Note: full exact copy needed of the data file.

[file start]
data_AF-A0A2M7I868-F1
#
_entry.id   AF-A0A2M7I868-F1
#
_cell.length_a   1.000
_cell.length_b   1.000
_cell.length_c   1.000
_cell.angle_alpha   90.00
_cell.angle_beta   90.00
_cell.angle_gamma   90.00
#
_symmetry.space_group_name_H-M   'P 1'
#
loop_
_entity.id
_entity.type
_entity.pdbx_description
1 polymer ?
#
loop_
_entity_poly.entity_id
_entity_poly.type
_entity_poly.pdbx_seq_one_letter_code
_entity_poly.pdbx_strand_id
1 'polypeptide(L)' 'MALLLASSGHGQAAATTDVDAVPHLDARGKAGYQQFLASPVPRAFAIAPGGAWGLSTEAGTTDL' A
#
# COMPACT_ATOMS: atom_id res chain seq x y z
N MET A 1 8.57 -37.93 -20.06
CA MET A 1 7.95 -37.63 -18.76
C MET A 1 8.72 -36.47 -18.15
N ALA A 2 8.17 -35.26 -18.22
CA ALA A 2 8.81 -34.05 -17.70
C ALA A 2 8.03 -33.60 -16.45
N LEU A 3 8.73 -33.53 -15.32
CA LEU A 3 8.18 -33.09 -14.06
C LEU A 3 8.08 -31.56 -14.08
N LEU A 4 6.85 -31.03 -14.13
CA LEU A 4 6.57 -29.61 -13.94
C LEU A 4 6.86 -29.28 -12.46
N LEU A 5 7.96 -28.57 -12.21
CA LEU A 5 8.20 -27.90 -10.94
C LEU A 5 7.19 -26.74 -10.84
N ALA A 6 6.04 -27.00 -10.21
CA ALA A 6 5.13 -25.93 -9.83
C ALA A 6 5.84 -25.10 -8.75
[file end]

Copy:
data_AF-A0A2M7I868-F1
#
_entry.id   AF-A0A2M7I868-F1
#
_cell.length_a   1.000
_cell.length_b   1.000
_cell.length_c   1.000
_cell.angle_alpha   90.00
_cell.angle_beta   90.00
_cell.angle_gamma   90.00
#
_symmetry.space_group_name_H-M   'P 1'
#
loop_
_entity.id
_entity.type
_entity.pdbx_description
1 polymer ?
#
loop_
_entity_poly.entity_id
_entity_poly.type
_entity_poly.pdbx_seq_one_letter_code
_entity_poly.pdbx_strand_id
1 'polypeptide(L)' 'MALLLASSGHGQAAATTDVDAVPHLDARGKAGYQQFLASPVPRAFAIAPGGAWGLSTEAGTTDL' A
#
# COMPACT_ATOMS: atom_id res chain seq x y z
N MET A 1 8.57 -37.93 -20.06
CA MET A 1 7.95 -37.63 -18.76
C MET A 1 8.72 -36.47 -18.15
N ALA A 2 8.17 -35.26 -18.22
CA ALA A 2 8.81 -34.05 -17.70
C ALA A 2 8.03 -33.60 -16.45
N LEU A 3 8.73 -33.53 -15.32
CA LEU A 3 8.18 -33.09 -14.06
C LEU A 3 8.08 -31.56 -14.08
N LEU A 4 6.85 -31.03 -14.13
CA LEU A 4 6.57 -29.61 -13.94
C LEU A 4 6.86 -29.28 -12.46
N LEU A 5 7.96 -28.57 -12.21
CA LEU A 5 8.20 -27.90 -10.94
C LEU A 5 7.19 -26.74 -10.84
N ALA A 6 6.04 -27.00 -10.21
CA ALA A 6 5.13 -25.93 -9.83
C ALA A 6 5.84 -25.10 -8.75